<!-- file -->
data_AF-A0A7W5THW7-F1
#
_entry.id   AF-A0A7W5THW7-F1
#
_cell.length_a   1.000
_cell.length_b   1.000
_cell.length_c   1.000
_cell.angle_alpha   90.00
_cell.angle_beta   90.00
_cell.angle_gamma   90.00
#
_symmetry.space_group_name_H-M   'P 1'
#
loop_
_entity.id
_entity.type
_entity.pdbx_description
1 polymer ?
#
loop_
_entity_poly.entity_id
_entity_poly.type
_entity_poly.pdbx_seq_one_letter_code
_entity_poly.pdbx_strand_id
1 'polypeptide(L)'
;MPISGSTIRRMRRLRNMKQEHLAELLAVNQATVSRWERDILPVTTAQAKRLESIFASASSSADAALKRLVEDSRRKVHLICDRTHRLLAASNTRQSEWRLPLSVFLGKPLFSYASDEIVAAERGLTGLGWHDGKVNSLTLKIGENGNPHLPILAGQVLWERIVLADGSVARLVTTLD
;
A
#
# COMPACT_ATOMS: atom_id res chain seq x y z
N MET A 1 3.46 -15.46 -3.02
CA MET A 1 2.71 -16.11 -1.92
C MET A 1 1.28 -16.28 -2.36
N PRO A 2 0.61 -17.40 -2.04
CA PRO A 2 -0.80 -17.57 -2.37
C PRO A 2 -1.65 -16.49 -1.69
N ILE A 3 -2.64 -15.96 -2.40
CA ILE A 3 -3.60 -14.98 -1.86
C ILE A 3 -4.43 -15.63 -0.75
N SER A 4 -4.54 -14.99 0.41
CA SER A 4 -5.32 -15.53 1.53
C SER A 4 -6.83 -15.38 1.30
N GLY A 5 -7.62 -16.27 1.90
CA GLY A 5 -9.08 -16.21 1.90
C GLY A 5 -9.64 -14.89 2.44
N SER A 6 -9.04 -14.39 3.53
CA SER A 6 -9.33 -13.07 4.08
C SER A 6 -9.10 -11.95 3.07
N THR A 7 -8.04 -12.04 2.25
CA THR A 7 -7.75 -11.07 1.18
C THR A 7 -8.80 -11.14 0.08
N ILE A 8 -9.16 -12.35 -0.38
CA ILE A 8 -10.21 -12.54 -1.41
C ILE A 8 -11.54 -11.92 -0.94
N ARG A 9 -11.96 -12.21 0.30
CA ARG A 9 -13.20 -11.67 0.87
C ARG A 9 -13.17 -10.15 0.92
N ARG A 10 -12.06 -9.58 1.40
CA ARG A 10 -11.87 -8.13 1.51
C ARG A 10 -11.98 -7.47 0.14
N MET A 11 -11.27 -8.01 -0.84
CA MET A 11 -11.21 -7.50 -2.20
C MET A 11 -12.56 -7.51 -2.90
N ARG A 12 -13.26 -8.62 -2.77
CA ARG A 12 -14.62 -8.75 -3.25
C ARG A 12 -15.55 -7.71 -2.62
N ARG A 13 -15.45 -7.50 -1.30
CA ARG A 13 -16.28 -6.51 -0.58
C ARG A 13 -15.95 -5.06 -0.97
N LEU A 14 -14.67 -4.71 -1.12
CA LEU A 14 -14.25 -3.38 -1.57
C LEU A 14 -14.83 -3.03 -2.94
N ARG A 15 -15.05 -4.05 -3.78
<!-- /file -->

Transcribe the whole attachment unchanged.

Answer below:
data_AF-A0A7W5THW7-F1
#
_entry.id   AF-A0A7W5THW7-F1
#
_cell.length_a   1.000
_cell.length_b   1.000
_cell.length_c   1.000
_cell.angle_alpha   90.00
_cell.angle_beta   90.00
_cell.angle_gamma   90.00
#
_symmetry.space_group_name_H-M   'P 1'
#
loop_
_entity.id
_entity.type
_entity.pdbx_description
1 polymer ?
#
loop_
_entity_poly.entity_id
_entity_poly.type
_entity_poly.pdbx_seq_one_letter_code
_entity_poly.pdbx_strand_id
1 'polypeptide(L)'
;MPISGSTIRRMRRLRNMKQEHLAELLAVNQATVSRWERDILPVTTAQAKRLESIFASASSSADAALKRLVEDSRRKVHLICDRTHRLLAASNTRQSEWRLPLSVFLGKPLFSYASDEIVAAERGLTGLGWHDGKVNSLTLKIGENGNPHLPILAGQVLWERIVLADGSVARLVTTLD
;
A
#
# COMPACT_ATOMS: atom_id res chain seq x y z
N MET A 1 3.46 -15.46 -3.02
CA MET A 1 2.71 -16.11 -1.92
C MET A 1 1.28 -16.28 -2.36
N PRO A 2 0.61 -17.40 -2.04
CA PRO A 2 -0.80 -17.57 -2.37
C PRO A 2 -1.65 -16.49 -1.69
N ILE A 3 -2.64 -15.96 -2.40
CA ILE A 3 -3.60 -14.98 -1.86
C ILE A 3 -4.43 -15.63 -0.75
N SER A 4 -4.54 -14.99 0.41
CA SER A 4 -5.32 -15.53 1.53
C SER A 4 -6.83 -15.38 1.30
N GLY A 5 -7.62 -16.27 1.90
CA GLY A 5 -9.08 -16.21 1.90
C GLY A 5 -9.64 -14.89 2.44
N SER A 6 -9.04 -14.39 3.53
CA SER A 6 -9.33 -13.07 4.08
C SER A 6 -9.10 -11.95 3.07
N THR A 7 -8.04 -12.04 2.25
CA THR A 7 -7.75 -11.07 1.18
C THR A 7 -8.80 -11.14 0.08
N ILE A 8 -9.16 -12.35 -0.38
CA ILE A 8 -10.21 -12.54 -1.41
C ILE A 8 -11.54 -11.92 -0.94
N ARG A 9 -11.96 -12.21 0.30
CA ARG A 9 -13.20 -11.67 0.87
C ARG A 9 -13.17 -10.15 0.92
N ARG A 10 -12.06 -9.58 1.40
CA ARG A 10 -11.87 -8.13 1.51
C ARG A 10 -11.98 -7.47 0.14
N MET A 11 -11.27 -8.01 -0.84
CA MET A 11 -11.21 -7.50 -2.20
C MET A 11 -12.56 -7.51 -2.90
N ARG A 12 -13.26 -8.62 -2.77
CA ARG A 12 -14.62 -8.75 -3.25
C ARG A 12 -15.55 -7.71 -2.62
N ARG A 13 -15.45 -7.50 -1.30
CA ARG A 13 -16.28 -6.51 -0.58
C ARG A 13 -15.95 -5.06 -0.97
N LEU A 14 -14.67 -4.71 -1.12
CA LEU A 14 -14.25 -3.38 -1.57
C LEU A 14 -14.83 -3.03 -2.94
N ARG A 15 -15.05 -4.05 -3.78